Recordkeeping 101: What to Keep and What to Toss
Deirdre Kamber Todd, Esq., is the managing partner of the The Kamber Law Group, P.C., which handles employment, business and healthcare law in Pennsylvania and New York. With more than twenty years’ experience, she provides services to companies, nonprofits, startups and C-suite employees. Along with litigation, she provides live and remote training to clients, policy and procedure drafting, workplace investigations, contract negotiation, mediations, business creation, and advisory services. She has been published in numerous media, including NPR’s All Things Considered and Bloomberg Businessweek.
Proper recordkeeping for human resources is all about knowing what to keep, what to toss, when, why and when those rules absolutely should not apply. Human Resources need to understand what is a record, how long do we keep these records, how do we make a policy for recordkeeping, and what do we do if we are sued. Every business, no matter how small, must have a solid and compliant recordkeeping policy and follow it carefully. Anything short of this guarantees huge and expensive problems. Judges have fined million dollar fines for failing to keep appropriate documents – even before the lawsuit has even begun.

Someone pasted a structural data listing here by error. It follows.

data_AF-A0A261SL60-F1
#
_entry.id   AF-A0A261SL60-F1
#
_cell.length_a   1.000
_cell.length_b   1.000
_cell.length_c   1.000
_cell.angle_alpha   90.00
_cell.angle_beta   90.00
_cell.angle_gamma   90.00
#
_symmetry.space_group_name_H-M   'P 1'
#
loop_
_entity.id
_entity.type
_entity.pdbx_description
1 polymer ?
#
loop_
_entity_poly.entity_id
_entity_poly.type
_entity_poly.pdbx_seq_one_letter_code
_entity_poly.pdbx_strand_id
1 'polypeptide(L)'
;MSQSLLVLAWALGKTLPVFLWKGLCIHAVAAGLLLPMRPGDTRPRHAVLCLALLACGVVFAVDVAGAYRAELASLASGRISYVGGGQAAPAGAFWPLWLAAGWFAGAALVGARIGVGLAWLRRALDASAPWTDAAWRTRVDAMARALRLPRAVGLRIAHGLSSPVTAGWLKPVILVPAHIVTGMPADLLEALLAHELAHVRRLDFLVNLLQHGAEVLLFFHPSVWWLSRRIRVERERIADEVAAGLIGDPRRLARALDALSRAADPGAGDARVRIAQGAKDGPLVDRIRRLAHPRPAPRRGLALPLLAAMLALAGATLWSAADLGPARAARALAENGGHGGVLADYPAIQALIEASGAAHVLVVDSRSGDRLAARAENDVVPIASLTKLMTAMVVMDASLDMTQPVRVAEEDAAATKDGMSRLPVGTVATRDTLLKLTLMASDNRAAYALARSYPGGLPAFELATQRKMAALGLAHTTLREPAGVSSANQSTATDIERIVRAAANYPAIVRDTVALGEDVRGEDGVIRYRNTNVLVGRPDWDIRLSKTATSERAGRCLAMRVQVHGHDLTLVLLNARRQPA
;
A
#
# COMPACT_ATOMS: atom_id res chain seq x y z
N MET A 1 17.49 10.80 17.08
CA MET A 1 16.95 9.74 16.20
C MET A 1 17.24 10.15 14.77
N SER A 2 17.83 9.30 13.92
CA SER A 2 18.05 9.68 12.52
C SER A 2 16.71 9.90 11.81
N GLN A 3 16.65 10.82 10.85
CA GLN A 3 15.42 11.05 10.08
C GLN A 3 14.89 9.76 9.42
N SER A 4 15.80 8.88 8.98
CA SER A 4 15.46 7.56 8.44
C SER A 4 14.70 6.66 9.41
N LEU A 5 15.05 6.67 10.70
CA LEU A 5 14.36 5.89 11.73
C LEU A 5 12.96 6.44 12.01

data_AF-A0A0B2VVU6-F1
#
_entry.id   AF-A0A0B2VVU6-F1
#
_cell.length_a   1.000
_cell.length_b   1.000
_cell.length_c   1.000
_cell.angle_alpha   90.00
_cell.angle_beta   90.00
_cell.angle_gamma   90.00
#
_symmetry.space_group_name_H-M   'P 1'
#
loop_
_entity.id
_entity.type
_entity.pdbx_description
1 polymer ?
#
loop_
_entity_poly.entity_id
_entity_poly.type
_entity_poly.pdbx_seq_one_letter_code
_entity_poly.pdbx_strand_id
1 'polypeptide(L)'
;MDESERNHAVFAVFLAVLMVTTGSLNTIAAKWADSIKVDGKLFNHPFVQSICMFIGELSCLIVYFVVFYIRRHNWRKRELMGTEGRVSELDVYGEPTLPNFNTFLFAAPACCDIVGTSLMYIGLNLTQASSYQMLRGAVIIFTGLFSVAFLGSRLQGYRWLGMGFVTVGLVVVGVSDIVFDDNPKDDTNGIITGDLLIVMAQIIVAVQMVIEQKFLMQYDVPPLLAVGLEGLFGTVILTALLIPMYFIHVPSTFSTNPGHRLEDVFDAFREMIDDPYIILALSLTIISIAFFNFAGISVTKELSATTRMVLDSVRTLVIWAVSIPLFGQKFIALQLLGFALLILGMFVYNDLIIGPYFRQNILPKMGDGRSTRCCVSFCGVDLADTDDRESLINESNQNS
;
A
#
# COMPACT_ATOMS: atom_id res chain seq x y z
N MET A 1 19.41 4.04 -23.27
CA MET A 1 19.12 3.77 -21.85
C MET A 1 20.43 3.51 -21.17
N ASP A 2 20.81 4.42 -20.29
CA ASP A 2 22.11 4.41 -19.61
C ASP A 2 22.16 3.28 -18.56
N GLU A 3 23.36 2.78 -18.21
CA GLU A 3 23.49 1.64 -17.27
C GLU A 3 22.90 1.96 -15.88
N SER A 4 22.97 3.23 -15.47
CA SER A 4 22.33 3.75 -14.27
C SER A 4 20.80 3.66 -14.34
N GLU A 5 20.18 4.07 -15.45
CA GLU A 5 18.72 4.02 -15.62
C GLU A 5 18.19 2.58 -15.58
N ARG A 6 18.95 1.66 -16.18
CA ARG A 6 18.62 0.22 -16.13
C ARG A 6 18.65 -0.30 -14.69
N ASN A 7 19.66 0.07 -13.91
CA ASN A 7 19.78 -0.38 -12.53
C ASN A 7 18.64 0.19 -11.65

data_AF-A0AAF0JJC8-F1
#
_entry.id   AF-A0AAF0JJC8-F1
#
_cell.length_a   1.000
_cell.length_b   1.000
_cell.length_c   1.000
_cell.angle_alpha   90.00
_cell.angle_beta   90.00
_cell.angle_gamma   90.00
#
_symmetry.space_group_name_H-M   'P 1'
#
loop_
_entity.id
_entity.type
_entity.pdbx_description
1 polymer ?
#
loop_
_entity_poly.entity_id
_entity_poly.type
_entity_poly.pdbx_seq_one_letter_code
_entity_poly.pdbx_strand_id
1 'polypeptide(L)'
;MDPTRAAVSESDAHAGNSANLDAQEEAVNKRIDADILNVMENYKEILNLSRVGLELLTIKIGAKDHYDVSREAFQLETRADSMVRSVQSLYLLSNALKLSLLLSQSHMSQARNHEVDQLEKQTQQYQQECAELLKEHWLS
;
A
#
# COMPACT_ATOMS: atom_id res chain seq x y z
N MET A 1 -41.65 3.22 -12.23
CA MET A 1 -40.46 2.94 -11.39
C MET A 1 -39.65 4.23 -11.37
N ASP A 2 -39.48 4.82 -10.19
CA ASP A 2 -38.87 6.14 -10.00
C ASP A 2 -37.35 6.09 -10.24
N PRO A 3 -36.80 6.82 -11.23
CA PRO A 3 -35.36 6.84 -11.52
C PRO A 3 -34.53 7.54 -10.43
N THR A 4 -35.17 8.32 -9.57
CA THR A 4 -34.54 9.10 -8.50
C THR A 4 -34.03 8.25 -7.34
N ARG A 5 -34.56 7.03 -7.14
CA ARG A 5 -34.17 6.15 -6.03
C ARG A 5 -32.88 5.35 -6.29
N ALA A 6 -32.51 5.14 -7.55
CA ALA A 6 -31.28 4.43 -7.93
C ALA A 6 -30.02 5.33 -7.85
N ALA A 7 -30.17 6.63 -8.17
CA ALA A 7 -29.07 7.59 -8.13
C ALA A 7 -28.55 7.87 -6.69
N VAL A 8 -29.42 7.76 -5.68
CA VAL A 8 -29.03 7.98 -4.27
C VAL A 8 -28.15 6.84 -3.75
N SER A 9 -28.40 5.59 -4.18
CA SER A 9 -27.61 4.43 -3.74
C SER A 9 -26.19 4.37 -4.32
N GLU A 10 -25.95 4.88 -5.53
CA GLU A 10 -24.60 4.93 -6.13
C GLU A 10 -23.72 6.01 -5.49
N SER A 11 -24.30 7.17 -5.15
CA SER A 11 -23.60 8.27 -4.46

In this program, we will clarify the “what, when and how” to handle documents safely, compliantly and appropriately.
- What is a record?
- How long do we need to keep different kinds of records?
- How do we keep records safe and secure?
- How do we make a policy for record retention?
- What kind of work procedures do we need for record retention?
- What are the exceptions to the record retention rules?
- What is a litigation hold, and what does it mean to the company?
- What are the best practices in record retention?
This program will assist you in creating your record retention policies and procedures.
Course Level - Intermediate
Who Should Attend
- All HR generalists
Why Should You Attend
All too often, experts advise Human Resources to “document everything” and “get rid of nothing.” Companies, on the other hand, tell HR to get rid of everything. Either of these choices are disasters and will end up creating huge litigation problems for you and your company.